First: Where a matter is heard and decided by an administrative body such as the Public Service Commission, an order made by it should be upheld by the court on appeal unless it is against the weight of the evidence. The rule is thus stated in 9 Am.Jur. 494: "There are manifestly practical reasons for giving peculiar weight *Page 864 to the finding of a commission, for such a body from the nature of its organization and the duties imposed upon it by statute is peculiarly competent to pass upon questions of fact of the character arising in the determination of questions relating to the reasonableness of rates and regulations. In fact, the commission's findings are in case of conflict of testimony entitled to a probative force upon a consideration of the case on appeal to the courts, for the commission, in addition to knowledge of conditions of environment and of transportation relations, has had the advantage of the presence of the witnesses before it." See, also, 51 C.J. 77; East Tennessee, Virginia Georgia Railway Company, et al., v. Interstate Commerce Commission, 181 U.S. 1, 21 S. Ct. 516, 45 L. Ed. 719; Louisville Nashville Railroad Company, et al., v. Behlmer,175 U.S. 648, 20 S. Ct. 209, 44 L. Ed. 309; and Illinois Central Railroad Company v. Interstate Commerce Commission, 206 U.S. 441, 27 S. Ct. 700, 51 L. Ed. 1128.

    Second: The paramount consideration in a proceeding of this kind is how the safety and convenience of the public will be best served. In the case of Santee v. Brady, ante, p. 224, 189 S.W.2d 907, we quoted with approval this extract from Pond on "Public Utilities," 4th Ed., 913: "`In granting certificates, the public convenience and necessity should be the first consideration, and the interest of public utilities already serving the territory secondary, while the desire of a new applicant for a certificate is relatively a minor matter for the consideration of the commission.'" And in the case of Lienhart v. Bryant, ante, p. 764, 192 S.W.2d 530, in discussing a proceeding before the commission in which the rights of different applicants for permits to operate buses on the same highway were being considered, we said: "By clear implication the public is an interested party. This is true because its convenience and necessity are subjects of first concern." *Page 865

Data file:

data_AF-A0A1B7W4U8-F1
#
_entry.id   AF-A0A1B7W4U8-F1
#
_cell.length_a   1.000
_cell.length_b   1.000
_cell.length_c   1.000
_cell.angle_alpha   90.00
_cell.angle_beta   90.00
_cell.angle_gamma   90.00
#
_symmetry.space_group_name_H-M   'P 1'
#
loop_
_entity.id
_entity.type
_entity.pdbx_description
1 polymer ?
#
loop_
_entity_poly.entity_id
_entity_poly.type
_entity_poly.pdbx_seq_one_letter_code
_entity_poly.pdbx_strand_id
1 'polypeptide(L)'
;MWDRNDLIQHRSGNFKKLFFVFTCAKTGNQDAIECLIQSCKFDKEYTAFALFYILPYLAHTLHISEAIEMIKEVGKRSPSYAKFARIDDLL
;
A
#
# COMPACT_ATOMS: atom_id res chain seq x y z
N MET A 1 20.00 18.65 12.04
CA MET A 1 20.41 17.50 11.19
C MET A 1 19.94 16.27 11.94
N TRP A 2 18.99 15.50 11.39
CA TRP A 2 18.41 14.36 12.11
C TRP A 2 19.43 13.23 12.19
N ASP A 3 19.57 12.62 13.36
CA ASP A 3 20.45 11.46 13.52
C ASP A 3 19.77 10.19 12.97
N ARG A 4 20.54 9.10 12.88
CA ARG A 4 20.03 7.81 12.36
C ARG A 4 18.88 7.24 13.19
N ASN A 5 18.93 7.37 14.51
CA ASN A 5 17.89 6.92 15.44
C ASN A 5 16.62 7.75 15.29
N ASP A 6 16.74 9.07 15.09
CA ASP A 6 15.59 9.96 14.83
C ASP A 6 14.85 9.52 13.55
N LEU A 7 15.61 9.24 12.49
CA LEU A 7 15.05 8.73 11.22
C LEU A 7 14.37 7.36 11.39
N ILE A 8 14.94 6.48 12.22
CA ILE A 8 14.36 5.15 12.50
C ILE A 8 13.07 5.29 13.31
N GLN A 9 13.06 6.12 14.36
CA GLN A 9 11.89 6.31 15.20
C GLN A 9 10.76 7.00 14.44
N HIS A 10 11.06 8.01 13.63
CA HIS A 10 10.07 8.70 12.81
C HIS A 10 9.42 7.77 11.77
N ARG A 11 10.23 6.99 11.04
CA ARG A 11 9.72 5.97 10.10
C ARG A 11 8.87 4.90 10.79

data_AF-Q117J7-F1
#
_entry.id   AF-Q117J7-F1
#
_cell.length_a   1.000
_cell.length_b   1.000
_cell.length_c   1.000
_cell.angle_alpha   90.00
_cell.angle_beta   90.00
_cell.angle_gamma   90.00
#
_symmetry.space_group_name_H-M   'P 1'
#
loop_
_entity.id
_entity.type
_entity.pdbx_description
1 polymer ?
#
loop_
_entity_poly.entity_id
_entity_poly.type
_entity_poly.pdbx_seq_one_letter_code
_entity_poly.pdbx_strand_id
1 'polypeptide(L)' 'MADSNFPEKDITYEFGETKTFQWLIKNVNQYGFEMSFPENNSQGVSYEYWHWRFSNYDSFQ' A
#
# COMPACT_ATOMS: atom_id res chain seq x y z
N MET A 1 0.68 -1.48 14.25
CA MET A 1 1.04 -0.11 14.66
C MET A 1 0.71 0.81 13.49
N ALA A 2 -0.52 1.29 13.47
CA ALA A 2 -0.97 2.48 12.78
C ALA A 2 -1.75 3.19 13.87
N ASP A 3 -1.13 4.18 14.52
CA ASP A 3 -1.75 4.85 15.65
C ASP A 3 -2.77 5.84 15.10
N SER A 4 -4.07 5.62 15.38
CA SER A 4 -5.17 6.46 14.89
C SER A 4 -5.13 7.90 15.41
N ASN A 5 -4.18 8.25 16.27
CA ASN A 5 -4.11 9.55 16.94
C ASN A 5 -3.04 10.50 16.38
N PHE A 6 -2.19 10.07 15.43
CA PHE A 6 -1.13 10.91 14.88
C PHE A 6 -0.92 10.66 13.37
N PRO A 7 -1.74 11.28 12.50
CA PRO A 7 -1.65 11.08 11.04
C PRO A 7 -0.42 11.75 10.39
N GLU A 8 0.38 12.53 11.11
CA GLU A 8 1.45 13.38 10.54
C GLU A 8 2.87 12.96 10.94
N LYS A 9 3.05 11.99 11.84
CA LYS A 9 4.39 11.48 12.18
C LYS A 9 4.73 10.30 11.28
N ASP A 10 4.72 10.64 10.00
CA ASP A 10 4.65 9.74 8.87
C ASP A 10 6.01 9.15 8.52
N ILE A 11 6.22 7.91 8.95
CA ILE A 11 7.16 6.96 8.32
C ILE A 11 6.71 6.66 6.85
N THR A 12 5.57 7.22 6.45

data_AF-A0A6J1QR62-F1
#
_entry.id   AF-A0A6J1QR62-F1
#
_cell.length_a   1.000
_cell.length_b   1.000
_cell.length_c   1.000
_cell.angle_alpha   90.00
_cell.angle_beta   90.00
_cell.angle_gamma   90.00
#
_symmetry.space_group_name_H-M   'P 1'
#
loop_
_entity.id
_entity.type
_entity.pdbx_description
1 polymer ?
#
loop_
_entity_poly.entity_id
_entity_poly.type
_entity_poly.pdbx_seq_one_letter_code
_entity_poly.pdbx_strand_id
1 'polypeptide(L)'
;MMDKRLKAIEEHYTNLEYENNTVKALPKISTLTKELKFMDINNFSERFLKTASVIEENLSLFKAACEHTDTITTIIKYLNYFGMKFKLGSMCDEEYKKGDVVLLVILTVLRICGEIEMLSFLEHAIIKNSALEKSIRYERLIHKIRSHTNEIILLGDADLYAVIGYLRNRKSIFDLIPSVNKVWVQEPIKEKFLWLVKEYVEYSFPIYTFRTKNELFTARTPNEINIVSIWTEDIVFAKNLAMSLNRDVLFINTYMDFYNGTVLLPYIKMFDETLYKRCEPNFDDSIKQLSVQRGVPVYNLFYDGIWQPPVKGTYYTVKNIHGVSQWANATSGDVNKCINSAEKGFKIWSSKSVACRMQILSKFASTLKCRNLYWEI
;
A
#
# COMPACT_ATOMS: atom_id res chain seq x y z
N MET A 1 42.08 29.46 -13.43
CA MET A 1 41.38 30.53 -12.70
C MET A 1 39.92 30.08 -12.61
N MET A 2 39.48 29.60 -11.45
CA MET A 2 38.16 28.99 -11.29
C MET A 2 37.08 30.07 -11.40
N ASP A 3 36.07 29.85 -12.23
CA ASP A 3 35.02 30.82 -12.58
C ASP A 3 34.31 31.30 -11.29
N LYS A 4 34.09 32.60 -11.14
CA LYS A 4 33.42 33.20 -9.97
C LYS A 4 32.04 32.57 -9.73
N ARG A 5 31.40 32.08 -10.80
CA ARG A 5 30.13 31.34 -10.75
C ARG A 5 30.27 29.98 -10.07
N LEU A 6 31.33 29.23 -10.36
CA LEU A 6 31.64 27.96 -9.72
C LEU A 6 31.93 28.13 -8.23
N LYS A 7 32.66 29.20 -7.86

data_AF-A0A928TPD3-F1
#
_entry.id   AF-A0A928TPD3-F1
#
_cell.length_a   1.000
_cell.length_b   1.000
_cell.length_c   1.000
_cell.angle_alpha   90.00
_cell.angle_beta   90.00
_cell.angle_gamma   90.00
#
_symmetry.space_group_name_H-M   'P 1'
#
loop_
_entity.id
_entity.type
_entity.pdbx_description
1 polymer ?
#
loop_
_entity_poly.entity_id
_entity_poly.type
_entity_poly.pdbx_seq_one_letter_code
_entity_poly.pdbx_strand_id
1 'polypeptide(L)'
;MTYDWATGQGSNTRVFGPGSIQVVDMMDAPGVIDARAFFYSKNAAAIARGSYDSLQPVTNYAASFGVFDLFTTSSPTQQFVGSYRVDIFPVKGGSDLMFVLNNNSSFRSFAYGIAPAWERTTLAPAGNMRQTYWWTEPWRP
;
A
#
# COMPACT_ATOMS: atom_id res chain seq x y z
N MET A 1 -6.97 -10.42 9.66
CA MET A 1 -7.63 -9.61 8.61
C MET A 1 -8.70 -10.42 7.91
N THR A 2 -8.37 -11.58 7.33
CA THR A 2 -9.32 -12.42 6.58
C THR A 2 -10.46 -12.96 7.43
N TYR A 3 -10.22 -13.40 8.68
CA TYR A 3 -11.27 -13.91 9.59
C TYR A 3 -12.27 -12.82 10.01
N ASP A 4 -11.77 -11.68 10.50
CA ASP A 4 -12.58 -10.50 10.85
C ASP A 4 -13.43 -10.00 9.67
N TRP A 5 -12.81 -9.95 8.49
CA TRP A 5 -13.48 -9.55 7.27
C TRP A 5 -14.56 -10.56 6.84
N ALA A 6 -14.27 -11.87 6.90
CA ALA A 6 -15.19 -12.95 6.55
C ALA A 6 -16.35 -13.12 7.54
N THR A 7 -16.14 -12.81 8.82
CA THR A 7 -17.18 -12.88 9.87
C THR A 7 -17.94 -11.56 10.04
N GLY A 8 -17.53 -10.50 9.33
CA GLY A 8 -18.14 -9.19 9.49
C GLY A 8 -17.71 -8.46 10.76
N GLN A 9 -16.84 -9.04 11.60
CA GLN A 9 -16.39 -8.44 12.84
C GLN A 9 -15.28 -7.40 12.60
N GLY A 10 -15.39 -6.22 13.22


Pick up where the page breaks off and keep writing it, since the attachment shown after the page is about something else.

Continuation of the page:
Applicant was serving the proposed routes. While the decision of the lower court seems to have been based on the theory that appellee was already operating over part of these routes, this is not borne out by the record. When appellant filed its application on September 30, 1944, and when appellee filed his application on October 3, 1944, neither one of these parties was operating any bus over any part of the routes embraced in either application. Appellee, by obtaining after he had already filed application for the permit herein involved, an option on the Camden-Cullendale Bus Line, which was serving only a few miles of the proposed routes, did not obtain any preemptive right in the premises.

    Nor would the fact that appellant filed its application before the application of appellee was filed create any controlling priority in favor of appellant. However, it was an element in the situation that might be properly considered by the commission in determining which applicant should receive the permit. 42 C.J. 686; Chicago Motor Bus Co. v. Chicago Stage Co., 287 Ill. 320,122 N.E. 477; State ex rel. v. Department of Public Works of State of Washington, et al., 129 Wash. 5, 223 P. 1048.

    So, when the matter came on for hearing before the commission it had before it the applications of two bus line operators, both of whom were qualified to give the needed service and neither of whom had a superior right to operate buses over the routes described in their respective proposals.

    But appellant offered a service that appeared (and doubtless was by the commission found to be) more advantageous to the general public than that proposed by appellee. Appellant proposed (in addition to other service) to operate buses from Magnolia to Camden and Fordyce, and from El Dorado to Hampton. This relatively important service was not offered in the application of appellee. The commission therefore had good reason to conclude that public convenience would be better served by the more extensive service proffered by appellant than the limited service proposed by appellee. It does not appear that the commission incorrectly *Page 866 appraised the situation or that its order was against the preponderance of the evidence.

    The judgment of the circuit court is accordingly reversed, and the lower court is directed to enter a judgment reinstating and affirming the orders of the commission.